Polarization, division, and finger-pointing continue to seem to be the order of the day on the national level. Unfortunately, it is taking a firmer hold at the community and familial level and within the Church as well. Instead of looking for someone to blame for the cause of this situation, we need to look in the mirror and honestly assess how we are contributing to division instead of seeking to uphold the motto of the United States of America – E Pluribus Unum – Out of Many One; or instead of upholding the motto of our faith – “That they may all be one” (John 17:21).
We need to take a step back, take a breath, and examine our conscience and honestly acknowledge how we are contributing to divisiveness and polarization in our own thoughts, words, and actions. Then we will be in a better position to act instead of react. We can disagree and offer different points of view, seek different approaches to solve problems, but we can do so with an openness to work together when we begin by respecting the dignity of the person we encounter.
A beginning place for us this Lent can be to understand and put into practice what Jesus said in the opening of today’s Gospel:
“Be merciful, just as your Father is merciful” (Lk 6:36)
Mercy, from the Hebrew word chesed, meaning to show tender compassion, can help us to turn the momentum away from disunity and polarization toward respecting the gift of our diversity while at the same time embracing our unity. Fr. James Keenan, S.J. defines mercy as the willingness to enter into the chaos of another. Instead of imposing our point of view, mercy is the willingness to accompany, to come to know and make a concerted effort to understand another.
Instead of prejudging someone, mercy is a willingness to hear first and assess thoughtfully what has been said, even when the message conveyed is heated, derogatory, and inflammatory. There may be some truth in the maelstrom of what has been spewed. Jesus also guides us to stop judging and condemning each other. We are limited by our own finite natures as it is. We are not God and are not capable of fully reading another person.
In most cases, we do not know another’s struggles, anxieties, fears, traumas, and experiences. When encountering one another we need to resist the knee-jerk reaction to judge, and instead, listen first, allow someone to vent without taking offense, and without seeking a way to “fix” them or the problem.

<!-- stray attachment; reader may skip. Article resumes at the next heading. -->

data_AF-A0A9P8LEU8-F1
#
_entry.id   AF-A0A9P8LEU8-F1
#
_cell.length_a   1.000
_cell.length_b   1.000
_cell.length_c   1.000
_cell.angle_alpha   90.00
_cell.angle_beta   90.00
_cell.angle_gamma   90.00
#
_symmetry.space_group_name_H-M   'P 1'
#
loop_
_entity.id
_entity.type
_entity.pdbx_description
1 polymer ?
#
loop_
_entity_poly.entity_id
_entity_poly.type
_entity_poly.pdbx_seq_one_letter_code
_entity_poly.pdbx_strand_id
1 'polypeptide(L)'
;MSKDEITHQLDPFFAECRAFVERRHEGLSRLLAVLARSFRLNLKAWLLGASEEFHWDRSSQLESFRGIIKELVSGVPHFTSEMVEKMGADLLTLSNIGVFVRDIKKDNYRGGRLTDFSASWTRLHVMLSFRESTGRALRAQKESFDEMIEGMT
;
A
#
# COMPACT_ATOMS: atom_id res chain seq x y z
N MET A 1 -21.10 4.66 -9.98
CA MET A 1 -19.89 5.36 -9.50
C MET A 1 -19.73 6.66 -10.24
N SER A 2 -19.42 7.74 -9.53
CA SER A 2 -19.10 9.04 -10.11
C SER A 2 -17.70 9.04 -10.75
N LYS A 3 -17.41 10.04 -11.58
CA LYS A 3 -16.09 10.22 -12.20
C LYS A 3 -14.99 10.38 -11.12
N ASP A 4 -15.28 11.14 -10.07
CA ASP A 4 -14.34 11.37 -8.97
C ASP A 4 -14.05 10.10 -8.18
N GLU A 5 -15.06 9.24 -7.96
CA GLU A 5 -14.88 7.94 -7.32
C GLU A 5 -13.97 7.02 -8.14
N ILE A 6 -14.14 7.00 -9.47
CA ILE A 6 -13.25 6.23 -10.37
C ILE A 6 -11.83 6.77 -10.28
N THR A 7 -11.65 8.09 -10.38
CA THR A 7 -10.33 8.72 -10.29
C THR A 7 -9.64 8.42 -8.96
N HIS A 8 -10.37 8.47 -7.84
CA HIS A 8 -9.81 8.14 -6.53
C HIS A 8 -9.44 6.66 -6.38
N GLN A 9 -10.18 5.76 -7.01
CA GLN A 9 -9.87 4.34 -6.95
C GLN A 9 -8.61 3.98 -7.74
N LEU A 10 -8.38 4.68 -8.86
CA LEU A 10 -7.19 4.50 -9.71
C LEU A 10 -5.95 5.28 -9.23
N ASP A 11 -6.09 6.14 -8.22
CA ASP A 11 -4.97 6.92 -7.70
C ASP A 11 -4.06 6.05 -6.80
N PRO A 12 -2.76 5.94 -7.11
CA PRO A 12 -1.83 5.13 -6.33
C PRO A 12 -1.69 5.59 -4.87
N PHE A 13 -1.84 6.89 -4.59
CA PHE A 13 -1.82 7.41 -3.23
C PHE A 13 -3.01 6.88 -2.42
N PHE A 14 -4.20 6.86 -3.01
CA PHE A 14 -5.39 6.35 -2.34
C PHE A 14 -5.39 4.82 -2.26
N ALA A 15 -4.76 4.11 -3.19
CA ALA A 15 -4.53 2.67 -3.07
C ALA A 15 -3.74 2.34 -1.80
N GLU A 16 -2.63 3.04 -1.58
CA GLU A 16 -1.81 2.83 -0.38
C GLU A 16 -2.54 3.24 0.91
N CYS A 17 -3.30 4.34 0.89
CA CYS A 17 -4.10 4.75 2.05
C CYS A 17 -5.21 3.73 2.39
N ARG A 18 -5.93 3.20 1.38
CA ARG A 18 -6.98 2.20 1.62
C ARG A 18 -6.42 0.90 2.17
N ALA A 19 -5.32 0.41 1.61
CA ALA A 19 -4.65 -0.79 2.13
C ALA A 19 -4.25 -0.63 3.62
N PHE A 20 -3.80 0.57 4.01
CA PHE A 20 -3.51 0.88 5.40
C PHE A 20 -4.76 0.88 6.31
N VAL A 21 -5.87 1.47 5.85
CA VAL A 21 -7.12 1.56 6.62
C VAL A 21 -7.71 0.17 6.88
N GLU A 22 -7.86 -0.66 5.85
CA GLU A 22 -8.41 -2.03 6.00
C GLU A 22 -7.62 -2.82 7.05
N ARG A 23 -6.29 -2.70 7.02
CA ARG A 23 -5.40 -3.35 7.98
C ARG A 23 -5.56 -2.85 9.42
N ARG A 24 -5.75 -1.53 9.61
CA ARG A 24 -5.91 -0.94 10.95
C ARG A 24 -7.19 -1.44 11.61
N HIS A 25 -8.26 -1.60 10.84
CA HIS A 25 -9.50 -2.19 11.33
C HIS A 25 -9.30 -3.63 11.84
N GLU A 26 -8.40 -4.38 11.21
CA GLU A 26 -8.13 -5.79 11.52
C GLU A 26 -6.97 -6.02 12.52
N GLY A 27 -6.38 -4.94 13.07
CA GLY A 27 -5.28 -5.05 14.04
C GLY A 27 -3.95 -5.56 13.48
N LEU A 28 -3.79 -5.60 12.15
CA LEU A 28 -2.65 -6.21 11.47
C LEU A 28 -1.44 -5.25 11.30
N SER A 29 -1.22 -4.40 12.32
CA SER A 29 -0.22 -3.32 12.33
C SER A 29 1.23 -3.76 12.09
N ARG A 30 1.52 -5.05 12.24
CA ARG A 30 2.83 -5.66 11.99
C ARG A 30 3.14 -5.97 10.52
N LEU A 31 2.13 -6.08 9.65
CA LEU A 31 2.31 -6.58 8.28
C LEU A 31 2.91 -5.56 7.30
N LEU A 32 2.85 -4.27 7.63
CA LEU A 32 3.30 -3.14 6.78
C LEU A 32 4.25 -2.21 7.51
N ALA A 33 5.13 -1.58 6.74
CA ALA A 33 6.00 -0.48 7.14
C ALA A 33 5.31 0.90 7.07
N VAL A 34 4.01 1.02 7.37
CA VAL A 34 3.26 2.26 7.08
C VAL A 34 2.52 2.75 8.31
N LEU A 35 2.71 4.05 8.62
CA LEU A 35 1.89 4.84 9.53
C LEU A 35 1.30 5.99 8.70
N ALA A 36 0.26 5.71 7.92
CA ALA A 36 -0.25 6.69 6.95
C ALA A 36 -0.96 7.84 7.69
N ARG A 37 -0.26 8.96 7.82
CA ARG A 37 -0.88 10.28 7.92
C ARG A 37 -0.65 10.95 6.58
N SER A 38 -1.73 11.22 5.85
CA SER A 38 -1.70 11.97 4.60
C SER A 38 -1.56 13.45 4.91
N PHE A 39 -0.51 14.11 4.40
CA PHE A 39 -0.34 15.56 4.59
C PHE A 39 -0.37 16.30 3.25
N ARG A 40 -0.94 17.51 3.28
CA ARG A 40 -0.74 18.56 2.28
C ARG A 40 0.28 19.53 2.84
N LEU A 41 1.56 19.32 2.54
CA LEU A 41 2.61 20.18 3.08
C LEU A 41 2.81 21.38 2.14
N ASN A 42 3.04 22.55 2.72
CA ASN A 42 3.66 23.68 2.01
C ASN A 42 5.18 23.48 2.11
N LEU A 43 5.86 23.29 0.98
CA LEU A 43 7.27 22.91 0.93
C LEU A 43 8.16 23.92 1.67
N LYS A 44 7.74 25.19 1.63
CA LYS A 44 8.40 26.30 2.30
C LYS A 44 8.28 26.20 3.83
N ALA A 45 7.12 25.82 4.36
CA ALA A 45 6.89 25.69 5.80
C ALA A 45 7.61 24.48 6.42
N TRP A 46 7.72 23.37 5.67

Jesus also reminds us to forgive. As God forgives us we are also invited to forgive others, to let go of grudges. Not to do so means allowing the poison injected into us to spread instead of seeking the healing antidote of forgiveness. The one who has wounded us has walked away and if we are not willing to forgive we continue to do harm to ourselves as we allow that wound to fester.
It is much easier to stay in our shell or bubble. We feel protected and safe so no one can hurt us, but that is not the posture Jesus would have us assume, for we are focused on our self. Staying in our bubble suffocates us, stunts our growth, and limits our potential as human beings created in the image and likeness of God. Jesus calls us, not to cave in upon ourselves, but to go out from ourselves, to be agents of love and mercy.
Each day we have a choice. We can withdraw and remain indifferent seeking to protect ourselves, we can choose to promote disunity and polarization, or we can seek to be merciful. We can follow the lead of Jesus so as to be more willing to encounter others as they are and accompany them. We can resist the temptation to judge and condemn, but instead seek to understand and listen. We can be willing to forgive, to heal, and to lead others to forgiveness. Let us choose today to be merciful just as our heavenly Father is merciful.
Image: A close-up of the painting, Divine Mercy, by Robert Skemp, 1982 – A good prayer to pray this Lent is the Jesus Prayer: Lord Jesus, Son of the Living God, have mercy on me, a sinner.